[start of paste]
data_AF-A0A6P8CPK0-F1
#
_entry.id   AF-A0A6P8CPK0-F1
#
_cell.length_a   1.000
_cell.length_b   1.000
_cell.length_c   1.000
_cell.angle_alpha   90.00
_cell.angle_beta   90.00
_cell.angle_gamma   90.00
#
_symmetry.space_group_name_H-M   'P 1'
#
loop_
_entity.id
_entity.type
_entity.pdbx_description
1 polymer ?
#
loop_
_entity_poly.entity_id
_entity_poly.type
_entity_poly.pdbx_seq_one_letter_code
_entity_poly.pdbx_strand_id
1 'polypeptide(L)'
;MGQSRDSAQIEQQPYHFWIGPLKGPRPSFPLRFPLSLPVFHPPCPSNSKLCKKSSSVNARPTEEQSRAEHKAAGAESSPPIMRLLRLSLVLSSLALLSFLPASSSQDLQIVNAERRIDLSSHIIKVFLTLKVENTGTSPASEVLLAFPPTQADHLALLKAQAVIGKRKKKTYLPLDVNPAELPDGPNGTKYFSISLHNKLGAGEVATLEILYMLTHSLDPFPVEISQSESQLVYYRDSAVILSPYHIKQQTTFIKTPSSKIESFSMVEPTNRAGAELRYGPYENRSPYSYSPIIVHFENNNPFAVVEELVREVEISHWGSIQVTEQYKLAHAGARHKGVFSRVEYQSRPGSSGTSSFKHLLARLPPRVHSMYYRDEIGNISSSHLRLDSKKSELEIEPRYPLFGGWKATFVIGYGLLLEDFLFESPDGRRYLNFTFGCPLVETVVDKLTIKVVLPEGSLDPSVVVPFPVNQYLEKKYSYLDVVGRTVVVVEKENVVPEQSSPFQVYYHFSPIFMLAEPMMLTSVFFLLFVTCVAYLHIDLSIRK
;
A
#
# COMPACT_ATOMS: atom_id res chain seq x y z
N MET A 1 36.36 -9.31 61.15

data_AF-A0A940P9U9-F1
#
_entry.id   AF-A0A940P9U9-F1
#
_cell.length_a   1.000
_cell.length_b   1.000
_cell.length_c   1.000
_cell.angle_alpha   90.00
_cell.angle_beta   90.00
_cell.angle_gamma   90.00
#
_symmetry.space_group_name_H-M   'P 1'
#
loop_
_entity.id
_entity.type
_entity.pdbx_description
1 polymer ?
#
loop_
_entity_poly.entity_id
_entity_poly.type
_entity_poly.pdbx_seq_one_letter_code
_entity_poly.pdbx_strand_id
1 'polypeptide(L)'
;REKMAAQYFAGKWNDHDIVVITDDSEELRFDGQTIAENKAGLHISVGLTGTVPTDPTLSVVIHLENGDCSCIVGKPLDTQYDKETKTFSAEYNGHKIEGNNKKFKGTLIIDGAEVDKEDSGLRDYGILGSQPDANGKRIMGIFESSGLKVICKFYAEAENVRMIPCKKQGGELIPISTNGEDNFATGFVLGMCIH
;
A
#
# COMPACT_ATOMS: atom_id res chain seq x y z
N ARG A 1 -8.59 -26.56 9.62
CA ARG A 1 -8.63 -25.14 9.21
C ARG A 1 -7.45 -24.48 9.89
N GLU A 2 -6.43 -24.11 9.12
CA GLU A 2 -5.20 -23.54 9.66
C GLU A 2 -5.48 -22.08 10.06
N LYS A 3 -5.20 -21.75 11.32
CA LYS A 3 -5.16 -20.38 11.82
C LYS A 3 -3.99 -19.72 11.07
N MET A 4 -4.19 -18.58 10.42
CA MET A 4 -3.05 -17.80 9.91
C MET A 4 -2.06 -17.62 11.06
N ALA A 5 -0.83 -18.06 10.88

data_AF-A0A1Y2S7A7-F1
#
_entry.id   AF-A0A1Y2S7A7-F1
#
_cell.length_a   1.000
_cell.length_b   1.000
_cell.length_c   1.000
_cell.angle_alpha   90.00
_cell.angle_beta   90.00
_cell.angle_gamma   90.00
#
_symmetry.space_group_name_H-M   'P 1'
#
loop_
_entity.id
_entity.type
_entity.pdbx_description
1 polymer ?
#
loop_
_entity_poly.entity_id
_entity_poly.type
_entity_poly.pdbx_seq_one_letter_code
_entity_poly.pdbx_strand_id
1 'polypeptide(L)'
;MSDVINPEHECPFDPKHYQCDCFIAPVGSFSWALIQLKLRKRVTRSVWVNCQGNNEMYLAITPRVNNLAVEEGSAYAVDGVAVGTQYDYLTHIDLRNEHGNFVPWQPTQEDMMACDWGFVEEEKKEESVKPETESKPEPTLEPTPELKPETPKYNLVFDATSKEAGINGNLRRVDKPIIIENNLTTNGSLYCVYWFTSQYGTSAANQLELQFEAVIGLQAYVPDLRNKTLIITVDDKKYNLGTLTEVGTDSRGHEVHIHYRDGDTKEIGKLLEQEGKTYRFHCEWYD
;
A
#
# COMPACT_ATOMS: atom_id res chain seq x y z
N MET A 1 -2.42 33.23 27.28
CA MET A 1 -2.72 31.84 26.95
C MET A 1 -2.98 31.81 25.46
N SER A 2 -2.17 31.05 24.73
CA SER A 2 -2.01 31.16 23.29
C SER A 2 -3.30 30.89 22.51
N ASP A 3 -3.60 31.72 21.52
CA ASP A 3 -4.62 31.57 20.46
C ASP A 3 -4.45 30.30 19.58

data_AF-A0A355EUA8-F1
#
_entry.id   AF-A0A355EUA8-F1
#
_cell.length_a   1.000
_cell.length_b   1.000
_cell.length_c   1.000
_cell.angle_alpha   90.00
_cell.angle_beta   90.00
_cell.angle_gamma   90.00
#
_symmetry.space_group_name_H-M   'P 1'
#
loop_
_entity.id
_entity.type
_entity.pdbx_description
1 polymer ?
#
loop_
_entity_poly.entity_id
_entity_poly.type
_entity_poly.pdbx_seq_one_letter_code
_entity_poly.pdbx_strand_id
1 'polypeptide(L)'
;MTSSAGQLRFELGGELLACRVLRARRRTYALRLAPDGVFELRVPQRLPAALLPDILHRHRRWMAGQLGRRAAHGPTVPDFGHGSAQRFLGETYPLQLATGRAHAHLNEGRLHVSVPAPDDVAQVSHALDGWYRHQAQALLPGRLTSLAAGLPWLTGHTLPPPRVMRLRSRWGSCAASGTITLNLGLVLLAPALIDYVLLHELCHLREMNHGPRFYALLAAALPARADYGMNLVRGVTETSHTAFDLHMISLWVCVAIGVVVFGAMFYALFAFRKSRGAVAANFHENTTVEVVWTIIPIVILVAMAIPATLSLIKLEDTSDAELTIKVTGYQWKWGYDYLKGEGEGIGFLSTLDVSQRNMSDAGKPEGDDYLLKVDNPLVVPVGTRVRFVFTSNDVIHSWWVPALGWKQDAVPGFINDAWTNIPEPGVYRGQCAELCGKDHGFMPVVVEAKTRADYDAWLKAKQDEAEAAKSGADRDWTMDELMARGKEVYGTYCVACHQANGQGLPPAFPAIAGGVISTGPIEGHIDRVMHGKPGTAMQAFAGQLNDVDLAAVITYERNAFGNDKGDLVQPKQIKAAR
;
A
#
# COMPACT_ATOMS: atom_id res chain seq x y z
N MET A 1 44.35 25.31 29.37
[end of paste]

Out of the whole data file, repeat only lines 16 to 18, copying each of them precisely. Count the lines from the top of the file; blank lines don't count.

_entity.type
_entity.pdbx_description
1 polymer ?